Yield, Protein, Nitrate, and Prussic Acid Content of Sudangrass, Sudangrass Hybrids, and Pearl Millets Harvested at Two Cutting Frequencies and Two Stubble Heights1
- A. W. Burger and
- C. N. Hittle2
Three sorghum × sudangrass hybrids, one sudangrass hybrid, three pearl millet hybrids, and ‘Piper’ sudangrass were harvested at two stubble heights and two cutting frequencies during the 1964 and 1965 growing seasons. Growth and chemical composition responses were as follows :
Yields of all varieties harvested three times per year were superior to those of varieties harvested four times per year.
Yields of all varieties cut at the 7.6-cm (3 inch) stubble height were higher than those of varieties cut at 15.2-cm (6 inch) when they were cut three times per year, excepting PM × 1 and PM × 3 in 1964.
The crude protein of all varieties was 2.6% higher when harvested four compared with three times per year. Crude protein levels were higher when varieties were cut at 7.6-cm compared with 15.2-cm stubble height in the 4-cut system. In the 3-cut system, only small differences in crude protein resulted from varying the stubble height.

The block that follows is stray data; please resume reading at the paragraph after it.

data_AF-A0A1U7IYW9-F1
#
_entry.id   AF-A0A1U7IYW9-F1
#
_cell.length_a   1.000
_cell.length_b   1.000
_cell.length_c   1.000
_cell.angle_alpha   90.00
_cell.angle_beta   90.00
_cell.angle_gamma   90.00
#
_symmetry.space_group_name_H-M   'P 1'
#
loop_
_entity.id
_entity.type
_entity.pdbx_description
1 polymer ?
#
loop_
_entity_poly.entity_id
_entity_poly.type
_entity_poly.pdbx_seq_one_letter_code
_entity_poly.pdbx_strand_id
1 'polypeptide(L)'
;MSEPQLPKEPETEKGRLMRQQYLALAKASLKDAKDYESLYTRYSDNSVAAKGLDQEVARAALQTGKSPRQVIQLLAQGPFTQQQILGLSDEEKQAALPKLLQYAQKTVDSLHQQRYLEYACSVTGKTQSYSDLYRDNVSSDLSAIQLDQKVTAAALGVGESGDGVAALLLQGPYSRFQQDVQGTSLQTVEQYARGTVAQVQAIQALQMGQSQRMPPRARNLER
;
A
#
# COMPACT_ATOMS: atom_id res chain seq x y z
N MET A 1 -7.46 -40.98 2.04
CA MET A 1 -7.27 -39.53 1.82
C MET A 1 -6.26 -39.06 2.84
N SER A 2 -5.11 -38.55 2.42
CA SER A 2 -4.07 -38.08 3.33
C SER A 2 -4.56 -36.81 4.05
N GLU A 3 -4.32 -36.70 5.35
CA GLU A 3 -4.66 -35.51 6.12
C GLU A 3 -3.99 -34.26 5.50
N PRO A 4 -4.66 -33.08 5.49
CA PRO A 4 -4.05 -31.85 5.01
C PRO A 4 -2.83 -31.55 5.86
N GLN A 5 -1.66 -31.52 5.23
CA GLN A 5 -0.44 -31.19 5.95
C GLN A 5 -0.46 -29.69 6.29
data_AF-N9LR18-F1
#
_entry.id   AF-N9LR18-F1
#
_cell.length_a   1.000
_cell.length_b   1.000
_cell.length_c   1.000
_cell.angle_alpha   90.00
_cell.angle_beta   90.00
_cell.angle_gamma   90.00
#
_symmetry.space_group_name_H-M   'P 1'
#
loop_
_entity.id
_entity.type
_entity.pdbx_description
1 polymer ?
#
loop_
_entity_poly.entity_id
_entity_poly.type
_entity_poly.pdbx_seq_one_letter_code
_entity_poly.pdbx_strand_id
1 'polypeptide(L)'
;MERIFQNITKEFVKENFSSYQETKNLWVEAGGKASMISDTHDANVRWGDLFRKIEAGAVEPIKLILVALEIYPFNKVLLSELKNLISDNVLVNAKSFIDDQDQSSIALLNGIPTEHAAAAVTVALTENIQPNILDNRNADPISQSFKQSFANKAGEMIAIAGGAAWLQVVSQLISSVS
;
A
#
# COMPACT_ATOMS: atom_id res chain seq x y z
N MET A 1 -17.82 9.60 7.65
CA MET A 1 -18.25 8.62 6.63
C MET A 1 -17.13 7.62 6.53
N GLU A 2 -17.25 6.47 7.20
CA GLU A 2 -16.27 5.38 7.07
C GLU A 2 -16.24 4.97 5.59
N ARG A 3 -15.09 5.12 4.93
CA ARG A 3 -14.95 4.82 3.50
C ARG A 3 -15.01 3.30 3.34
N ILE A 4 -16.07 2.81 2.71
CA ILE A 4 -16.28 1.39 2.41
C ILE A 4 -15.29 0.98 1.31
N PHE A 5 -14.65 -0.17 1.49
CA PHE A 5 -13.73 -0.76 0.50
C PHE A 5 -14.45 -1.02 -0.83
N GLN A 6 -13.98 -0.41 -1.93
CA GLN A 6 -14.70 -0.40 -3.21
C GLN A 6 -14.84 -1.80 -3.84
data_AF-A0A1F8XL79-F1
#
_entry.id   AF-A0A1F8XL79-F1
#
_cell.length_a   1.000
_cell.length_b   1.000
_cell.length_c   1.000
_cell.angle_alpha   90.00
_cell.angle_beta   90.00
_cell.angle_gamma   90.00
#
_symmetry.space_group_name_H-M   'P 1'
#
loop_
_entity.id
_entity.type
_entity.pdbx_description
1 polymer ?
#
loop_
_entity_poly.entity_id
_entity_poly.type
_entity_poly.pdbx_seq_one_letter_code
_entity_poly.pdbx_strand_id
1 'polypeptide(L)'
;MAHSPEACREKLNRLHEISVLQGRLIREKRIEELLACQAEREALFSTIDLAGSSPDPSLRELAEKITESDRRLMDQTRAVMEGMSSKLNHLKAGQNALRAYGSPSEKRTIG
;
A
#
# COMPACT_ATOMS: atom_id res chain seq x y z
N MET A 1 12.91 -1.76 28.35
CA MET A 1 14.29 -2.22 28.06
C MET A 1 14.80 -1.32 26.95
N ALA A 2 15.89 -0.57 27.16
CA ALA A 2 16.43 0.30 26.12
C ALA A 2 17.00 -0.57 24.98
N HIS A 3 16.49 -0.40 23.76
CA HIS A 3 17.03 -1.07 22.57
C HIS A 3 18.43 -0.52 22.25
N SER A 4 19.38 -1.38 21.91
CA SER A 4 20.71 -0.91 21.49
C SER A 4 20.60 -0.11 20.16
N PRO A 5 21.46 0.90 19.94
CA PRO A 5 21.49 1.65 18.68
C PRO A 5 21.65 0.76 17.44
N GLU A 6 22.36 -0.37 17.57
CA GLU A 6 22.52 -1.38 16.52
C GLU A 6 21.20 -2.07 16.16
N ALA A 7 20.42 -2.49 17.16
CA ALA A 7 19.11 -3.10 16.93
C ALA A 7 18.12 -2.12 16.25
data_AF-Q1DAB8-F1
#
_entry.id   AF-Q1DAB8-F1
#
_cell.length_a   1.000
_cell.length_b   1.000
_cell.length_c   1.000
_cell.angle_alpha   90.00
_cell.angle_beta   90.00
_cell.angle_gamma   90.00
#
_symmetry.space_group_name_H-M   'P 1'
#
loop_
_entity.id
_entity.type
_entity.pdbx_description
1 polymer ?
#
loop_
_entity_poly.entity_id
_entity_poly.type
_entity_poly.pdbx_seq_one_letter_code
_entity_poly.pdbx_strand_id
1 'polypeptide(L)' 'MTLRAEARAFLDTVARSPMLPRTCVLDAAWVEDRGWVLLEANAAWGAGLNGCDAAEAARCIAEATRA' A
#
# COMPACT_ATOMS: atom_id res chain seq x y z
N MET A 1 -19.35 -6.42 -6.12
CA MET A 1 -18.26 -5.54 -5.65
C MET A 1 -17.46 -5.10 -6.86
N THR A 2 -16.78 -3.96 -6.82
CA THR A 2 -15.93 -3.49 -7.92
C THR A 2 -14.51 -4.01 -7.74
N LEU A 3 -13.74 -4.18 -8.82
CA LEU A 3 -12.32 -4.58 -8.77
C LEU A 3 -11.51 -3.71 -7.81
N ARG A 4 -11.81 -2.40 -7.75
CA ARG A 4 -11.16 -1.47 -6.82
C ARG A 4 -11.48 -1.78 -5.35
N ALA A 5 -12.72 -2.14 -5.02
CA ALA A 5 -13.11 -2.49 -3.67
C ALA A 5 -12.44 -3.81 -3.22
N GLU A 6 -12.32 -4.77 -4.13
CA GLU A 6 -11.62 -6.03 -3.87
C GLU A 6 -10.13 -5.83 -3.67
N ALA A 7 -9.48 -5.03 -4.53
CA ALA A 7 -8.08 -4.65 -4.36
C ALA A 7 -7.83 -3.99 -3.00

The nitrate nitrogen accumulation in the herbage of all varieties was higher when they were cut at the 7.6-cm compared with the 15.2-cm stubble height in the 4-cut frequency. The nitrate nitrogen content of the herbage of the pearl millet varieties was higher than for Piper sudangrass and/or sudangrass hybrids.
In the 3-cut frequency, higher HCN levels were found for herbage cut at the 15.2-cm stubble height, whereas, in the 4-cut frequency, higher HCN levels resulted from herbage cut at the 7.6-cm stubble height.
The average HCN level and, with but one exception, the nitrate nitrogen content of the herbage of sorghum × sudangrass hybrids were higher than those for the herbage of Piper sudangrass.
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